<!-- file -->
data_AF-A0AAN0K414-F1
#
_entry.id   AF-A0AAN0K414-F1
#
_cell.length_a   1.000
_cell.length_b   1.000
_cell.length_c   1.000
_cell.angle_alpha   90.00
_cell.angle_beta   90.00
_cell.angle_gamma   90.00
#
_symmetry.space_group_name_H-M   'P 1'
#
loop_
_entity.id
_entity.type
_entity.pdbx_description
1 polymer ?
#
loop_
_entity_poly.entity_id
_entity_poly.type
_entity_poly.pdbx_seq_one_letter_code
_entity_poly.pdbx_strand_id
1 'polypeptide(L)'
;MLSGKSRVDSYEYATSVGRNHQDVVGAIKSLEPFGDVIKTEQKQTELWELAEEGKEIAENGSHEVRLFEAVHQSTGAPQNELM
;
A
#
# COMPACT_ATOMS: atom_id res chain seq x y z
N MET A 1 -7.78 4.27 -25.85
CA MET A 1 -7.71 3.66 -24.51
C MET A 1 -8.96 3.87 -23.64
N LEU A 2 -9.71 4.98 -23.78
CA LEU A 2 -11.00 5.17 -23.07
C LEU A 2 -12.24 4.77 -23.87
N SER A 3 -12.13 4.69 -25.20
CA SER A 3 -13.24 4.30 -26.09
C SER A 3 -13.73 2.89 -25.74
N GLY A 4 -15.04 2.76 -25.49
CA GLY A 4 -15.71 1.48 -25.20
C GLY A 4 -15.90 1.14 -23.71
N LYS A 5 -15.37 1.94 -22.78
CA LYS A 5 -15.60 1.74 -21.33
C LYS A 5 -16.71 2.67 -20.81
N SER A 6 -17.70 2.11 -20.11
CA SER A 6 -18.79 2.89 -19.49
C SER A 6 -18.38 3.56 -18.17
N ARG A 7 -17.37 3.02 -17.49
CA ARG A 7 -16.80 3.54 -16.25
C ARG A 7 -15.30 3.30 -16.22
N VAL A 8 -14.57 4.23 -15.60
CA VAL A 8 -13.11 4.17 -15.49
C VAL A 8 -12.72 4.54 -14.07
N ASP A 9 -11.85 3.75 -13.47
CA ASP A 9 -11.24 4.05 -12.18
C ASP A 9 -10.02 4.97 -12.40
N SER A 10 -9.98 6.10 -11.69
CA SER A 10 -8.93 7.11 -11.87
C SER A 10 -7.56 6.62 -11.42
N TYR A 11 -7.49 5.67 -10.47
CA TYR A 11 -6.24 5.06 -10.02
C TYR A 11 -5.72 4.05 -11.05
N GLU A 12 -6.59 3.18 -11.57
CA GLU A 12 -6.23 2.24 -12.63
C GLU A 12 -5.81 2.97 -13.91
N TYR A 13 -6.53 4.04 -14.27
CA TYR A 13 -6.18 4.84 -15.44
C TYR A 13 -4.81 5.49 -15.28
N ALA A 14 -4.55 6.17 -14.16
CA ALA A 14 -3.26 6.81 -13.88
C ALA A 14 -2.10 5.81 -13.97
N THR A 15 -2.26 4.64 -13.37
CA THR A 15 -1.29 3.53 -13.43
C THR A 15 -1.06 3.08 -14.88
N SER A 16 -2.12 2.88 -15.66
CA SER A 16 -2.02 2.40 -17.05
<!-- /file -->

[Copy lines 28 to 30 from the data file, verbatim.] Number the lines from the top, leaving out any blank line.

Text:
A
#
# COMPACT_ATOMS: atom_id res chain seq x y z